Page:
- Kisawa is a resort on an island in Mozambique with sustainable, 3D-printed construction.
- Rates will start at 5,000 euros per night when it opens in summer 2020.
- Its founder has a background in luxury brands, and Kisawa has all the food, wellness, and adventure services visitors could want.
- Visit Business Insider’s homepage for more stories.
Sustainability and preserving the local environment might be the next big thing in luxury travel.
Kisawa, a new resort on Benguerra Island off the coast of Mozambique, is betting that visitors will pay up for high-end travel using 3D-printing technology to build with the local environment in mind. The resort, which will open in summer 2020, has every amenity imaginable: a dedicated staff, private chefs, food and beverage, wellness and spa, hotel activities such as diving and marine safari, and electric vehicles and e-bikes to navigate the 750-acre property.
The resort will have 12 private bungalows of one, two, or three bedrooms, each on a private acre with its own beachfront. The one bedroom bungalows will start at 5,000 euros per night.
Press releases from the resort emphasize that it will not be fully 3D-printed, but the technology that is allowing sand and salt water to be used as a building material is still innovative.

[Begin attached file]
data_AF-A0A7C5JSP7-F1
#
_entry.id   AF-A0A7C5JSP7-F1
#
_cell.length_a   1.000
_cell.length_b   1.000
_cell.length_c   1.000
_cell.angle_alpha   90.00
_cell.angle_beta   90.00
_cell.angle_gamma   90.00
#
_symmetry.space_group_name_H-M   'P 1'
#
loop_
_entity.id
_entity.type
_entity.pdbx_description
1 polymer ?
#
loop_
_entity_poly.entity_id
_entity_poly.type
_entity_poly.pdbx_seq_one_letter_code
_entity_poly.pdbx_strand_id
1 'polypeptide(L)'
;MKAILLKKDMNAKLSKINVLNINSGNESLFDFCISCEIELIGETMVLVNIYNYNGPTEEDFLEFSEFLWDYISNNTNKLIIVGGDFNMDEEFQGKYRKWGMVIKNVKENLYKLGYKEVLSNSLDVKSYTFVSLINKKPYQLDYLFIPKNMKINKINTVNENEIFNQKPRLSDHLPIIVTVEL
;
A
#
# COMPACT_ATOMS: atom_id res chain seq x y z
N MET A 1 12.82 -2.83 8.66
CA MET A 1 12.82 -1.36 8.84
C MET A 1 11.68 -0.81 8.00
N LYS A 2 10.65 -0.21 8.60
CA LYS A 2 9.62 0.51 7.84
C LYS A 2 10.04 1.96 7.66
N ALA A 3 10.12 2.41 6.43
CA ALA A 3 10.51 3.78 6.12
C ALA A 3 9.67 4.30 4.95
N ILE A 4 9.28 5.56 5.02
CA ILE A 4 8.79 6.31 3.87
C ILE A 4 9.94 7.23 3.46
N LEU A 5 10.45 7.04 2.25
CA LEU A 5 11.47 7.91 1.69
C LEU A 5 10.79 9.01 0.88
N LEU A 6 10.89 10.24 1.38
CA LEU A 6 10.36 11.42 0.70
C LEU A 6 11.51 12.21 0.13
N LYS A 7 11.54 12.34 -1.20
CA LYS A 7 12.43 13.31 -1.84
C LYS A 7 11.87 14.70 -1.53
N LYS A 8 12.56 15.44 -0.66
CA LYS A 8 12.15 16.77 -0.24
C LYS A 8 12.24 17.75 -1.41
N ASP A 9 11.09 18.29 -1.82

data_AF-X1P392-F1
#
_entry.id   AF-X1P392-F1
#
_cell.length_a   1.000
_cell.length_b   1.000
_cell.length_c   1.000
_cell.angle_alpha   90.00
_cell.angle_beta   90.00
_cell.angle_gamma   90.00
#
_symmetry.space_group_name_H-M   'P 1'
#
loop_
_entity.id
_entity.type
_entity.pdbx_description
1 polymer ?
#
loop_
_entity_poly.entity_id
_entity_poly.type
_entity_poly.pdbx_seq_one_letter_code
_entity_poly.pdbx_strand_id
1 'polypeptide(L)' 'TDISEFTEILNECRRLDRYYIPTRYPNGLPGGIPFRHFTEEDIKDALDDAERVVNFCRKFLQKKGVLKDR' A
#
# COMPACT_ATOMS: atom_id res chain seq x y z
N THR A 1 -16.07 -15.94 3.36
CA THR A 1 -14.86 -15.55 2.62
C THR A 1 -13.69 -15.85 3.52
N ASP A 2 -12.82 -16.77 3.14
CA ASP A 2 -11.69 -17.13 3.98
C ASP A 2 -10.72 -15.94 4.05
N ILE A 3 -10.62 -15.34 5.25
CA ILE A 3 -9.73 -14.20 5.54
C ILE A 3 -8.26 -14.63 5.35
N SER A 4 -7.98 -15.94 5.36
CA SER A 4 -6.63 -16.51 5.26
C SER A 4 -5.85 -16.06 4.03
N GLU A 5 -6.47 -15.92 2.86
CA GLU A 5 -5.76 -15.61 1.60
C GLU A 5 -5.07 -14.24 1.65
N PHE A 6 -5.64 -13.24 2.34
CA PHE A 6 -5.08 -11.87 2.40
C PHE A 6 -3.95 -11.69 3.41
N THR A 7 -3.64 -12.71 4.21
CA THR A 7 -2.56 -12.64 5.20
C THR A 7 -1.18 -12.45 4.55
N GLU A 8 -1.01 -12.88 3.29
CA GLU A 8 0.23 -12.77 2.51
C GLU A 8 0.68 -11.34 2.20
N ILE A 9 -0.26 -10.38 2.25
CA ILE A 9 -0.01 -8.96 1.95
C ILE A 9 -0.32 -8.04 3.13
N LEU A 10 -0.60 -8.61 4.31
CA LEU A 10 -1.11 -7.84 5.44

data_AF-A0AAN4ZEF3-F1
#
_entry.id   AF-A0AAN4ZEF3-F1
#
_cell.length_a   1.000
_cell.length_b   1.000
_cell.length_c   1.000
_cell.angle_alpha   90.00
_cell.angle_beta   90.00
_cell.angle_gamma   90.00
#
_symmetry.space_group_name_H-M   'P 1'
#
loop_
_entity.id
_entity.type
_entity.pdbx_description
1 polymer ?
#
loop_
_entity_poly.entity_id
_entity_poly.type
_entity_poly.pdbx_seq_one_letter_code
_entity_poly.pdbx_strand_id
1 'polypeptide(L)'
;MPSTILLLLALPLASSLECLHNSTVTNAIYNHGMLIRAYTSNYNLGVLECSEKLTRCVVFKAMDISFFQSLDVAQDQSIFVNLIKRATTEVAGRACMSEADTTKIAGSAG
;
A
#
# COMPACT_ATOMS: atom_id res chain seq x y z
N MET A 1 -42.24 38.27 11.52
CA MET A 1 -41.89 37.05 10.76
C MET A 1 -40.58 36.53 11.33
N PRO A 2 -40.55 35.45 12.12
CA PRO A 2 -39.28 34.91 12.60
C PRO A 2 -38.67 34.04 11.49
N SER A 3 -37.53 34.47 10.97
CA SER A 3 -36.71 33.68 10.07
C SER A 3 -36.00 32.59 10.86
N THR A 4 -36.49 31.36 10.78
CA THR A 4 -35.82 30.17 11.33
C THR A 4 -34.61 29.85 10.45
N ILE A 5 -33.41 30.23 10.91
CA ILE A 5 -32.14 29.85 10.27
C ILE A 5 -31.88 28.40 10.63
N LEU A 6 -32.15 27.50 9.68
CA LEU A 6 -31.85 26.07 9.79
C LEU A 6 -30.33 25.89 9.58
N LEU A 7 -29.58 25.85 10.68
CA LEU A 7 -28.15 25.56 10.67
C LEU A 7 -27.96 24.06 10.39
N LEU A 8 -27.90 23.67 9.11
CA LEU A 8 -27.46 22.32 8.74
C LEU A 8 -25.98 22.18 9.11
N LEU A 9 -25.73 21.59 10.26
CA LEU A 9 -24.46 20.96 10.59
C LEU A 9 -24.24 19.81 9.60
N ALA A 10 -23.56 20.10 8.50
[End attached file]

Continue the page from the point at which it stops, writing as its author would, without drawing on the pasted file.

Take a look inside.
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The resort is on Benguerra Island, the second-largest island on the Bazaruto Archipelago, which broke off from the African mainland thousands of years ago.
Kisawa was founded by Nina Flohr, a former executive at private jet charter company VistaJet.
VistaJet was founded in 2013 by Flohr’s father, and appealed to a wealthy, international clientele. Flights reportedly cost as much as $15,000 per hour.
Source: Business Insider
Each Kisawa bungalow has a one-acre plot, complete with beachfront, a pool, outdoor kitchen, and more.
According to Flohr’s Instagram, the resort has an on-site farm to grow food that will be served to guests.
The building materials for the resort are made from the island’s sand and saltwater to make a sand-based mortar.
The mortar is used as the base material for the 3D printing technology to print construction elements including flooring, tiling, and masonry.
Objects for the interiors of the 12 bungalows across the resort and their facades will be 3D printed, along with coral reefs and marine habitats.
Buildings will also incorporate weaving, carpentry, and textiles from inhabitants of Benguerra Island.
Kisawa says the resort will add 1,000 local jobs, and will “carefully preserve
the environment and local culture surrounding it.”
Benguerra Island is home to wildlife including flamingos, dolphins, and turtles. Kisawa will have a diving center where guests can take marine safaris.